It’s been a year since the Securities and Exchange Commission began to require companies to say more about executive pay — including details about perks, severance packages, stock options, pension gains, and retirement benefits — in the Compensation Discussion and Analysis (CD&A) section of their proxy statements. And it’s been more than three months since the SEC blasted companies for doing a poor job of it. Criticizing everything from confusingly written reports to the use of illegible typefaces, the SEC has suggested that reports should be “shorter, crisper, and clearer.”
According to its 10-page report on management’s faulty performance regarding CD&A during the 2007 proxy season, the SEC sent 350 separate letters to deficient companies. “We encourage companies to continue thinking about how executive-compensation information — from the big picture to the details — can be better organized and presented for both the lay reader and the professional,” it wrote.
Oddly enough, shareholders have not joined the chorus of complaints. Why so little investor reaction? According to Mark Borges, a principal with compensation consulting firm Compensi, it may simply be too early for most such feedback to be reported.
Companies seem relatively complacent about the new disclosure requirements, viewing them as just one more administrative chore, says Randy Ramirez, regional practice leader for the Compensation & Human Capital Consulting Group of BDO Seidman LLP. Most of his clients, ranging from start-ups to Fortune 100 companies, hardly noticed. “It seemed like such a big deal when it first came out,” he notes. But when companies got past the seemingly intimidating level of detail sought by the SEC, they realized it was just another rule.
Shareholders Are Watching
Not everyone reads the SEC’s reaction as a dig at business. “Those comment letters and the subsequent interpretations from the SEC make it clear that companies did [make] a good faith effort for the first year,” says Myrna Hellerman, senior vice president at Sibson Consulting. The SEC, however, felt companies’ efforts fell short and that many danced around the issues it had wanted them to attack directly. As John W. White, director of the SEC’s Division of Corporation Finance, explained in one speech, often missing was “a discussion of how and why those philosophies and processes resulted in the numbers the company presented.”
Still, Borges predicts that dozens more so-called say-on-pay proposals, giving shareholders a nonbinding, advisory vote on executive compensation, will pepper this proxy season. More are expected when investor confusion about what’s being said in the CD&A abates.
Insurer Aflac is one company that decided to give investors such an advisory vote this May. President and CFO Kriss Cloninger says he is confident about Aflac’s compensation structure, although he is concerned that the quantities of information now required might confuse investors. “Some of the information probably will receive more attention than it warrants, and some may receive less,” he says.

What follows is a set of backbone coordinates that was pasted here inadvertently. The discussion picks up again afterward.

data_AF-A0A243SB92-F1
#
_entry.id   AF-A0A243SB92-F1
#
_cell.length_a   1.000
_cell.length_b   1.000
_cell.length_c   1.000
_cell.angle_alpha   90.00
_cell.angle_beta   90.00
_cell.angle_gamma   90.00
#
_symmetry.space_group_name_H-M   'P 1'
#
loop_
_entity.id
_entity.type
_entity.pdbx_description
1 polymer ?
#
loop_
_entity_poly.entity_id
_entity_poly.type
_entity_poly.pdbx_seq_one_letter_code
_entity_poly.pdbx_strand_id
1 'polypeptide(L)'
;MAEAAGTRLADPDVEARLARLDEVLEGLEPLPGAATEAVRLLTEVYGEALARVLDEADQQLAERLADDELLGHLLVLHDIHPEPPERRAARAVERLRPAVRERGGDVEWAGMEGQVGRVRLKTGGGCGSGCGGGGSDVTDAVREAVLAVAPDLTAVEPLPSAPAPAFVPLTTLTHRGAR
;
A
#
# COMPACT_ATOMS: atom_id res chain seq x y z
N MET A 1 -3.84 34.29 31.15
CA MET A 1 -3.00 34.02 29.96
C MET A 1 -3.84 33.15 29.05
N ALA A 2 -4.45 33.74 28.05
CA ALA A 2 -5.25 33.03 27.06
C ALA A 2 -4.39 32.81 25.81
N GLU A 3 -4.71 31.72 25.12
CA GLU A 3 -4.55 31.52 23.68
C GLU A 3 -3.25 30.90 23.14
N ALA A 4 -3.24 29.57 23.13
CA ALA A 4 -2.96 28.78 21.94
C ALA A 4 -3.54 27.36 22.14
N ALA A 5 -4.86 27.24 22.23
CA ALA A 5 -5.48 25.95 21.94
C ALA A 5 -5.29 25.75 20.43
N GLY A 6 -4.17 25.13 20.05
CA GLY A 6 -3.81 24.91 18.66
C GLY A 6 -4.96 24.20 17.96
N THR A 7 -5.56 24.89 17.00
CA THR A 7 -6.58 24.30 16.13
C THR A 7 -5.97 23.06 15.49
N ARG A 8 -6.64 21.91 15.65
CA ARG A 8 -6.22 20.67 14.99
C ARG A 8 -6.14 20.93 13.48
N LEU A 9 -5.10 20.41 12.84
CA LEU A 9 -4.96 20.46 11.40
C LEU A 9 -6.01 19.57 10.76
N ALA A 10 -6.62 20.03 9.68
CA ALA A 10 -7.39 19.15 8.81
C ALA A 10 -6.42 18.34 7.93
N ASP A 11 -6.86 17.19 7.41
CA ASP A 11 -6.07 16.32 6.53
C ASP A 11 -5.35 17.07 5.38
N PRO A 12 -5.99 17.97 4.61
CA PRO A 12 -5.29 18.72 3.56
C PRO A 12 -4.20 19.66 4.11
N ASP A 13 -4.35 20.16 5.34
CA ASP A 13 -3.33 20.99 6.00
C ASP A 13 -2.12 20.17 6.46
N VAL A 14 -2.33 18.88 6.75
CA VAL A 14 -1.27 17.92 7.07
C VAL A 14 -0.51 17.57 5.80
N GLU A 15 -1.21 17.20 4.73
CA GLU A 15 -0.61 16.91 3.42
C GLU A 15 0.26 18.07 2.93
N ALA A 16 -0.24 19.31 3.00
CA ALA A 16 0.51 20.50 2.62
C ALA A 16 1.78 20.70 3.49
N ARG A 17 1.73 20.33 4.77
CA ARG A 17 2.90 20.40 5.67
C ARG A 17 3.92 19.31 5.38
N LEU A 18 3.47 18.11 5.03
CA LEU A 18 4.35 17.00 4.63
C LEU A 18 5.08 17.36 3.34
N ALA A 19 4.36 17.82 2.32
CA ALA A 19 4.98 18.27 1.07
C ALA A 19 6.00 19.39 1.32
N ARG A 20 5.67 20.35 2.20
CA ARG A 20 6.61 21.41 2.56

One likely result of the additional information required in the CD&A is that CFOs will be sharing the spotlight with CEOs. “The fact that people want to know what the CFO is making is a reflection of the importance of the CFO’s role,” says Eileen Kamerick, finance chief at executive search firm Heidrick & Struggles. Investors will take more interest in the remuneration for both the CEO and the CFO if it appears high, or if it seems complex in design. For that matter, investors will take more interest in CFOs, in general, because the new rules require companies to disclose compensation for their CFOs regardless of whether they are among the company’s five highest-paid executives, as was the case in the past.
A Silver Lining for CFOs
A larger question, though, is how CFO pay levels will evolve during this period of increased disclosure. According to a recent analysis of S&P 500 companies done by compensation research firm Equilar Inc., CFO pay (including bonus, stock options, and other compensation) increased by 11 percent in 2004, the first full year after Sarbanes-Oxley added greater responsibilities to the CFO position. For 2007 — with the SEC’s new rules increasing the pool of CFO salaries publicly disclosed by companies — median salaries likely will decrease somewhat from the prior year.
In the view of Borges and others, the enhanced public information available about compensation represents “good news for CFOs.” He explains that, in much the same way disclosure of CEO salaries led to higher pay for chief executives, the revelation that CFO X isn’t compensated as well as CFO Y may put X in line for a raise.
Further, CFO pay could get a boost because the SEC is requiring companies to discuss and analyze the philosophy behind their compensation practices. Since most companies — in theory anyway — hold to the philosophy that their CFO should be extraordinary, pay levels may rise to underscore the point.
Bentley College assistant accounting professor Rani Hoitash says that when companies provide the reasoning behind CFO pay, the information benefits their peer companies, too, as a particularly good approach by one spreads to others.
Borges expects the growing public exposure to lead companies to become more analytical about CFO pay. “Now,” he says, “companies are armed with all this new information [about one another].” That knowledge may “enable companies to be more deliberate about this process.”
What about potential embarrassment for CFOs from having everyone know their pay levels? That’s old hat for most of them. “Once you’ve worked in a public company, you’re used to everyone knowing exactly how much you make,” says Heidrick & Struggles’s Kamerick, whose total annual compensation of $1.7 million was disclosed for the first time last year.
Kate Plourd is a reporter at CFO.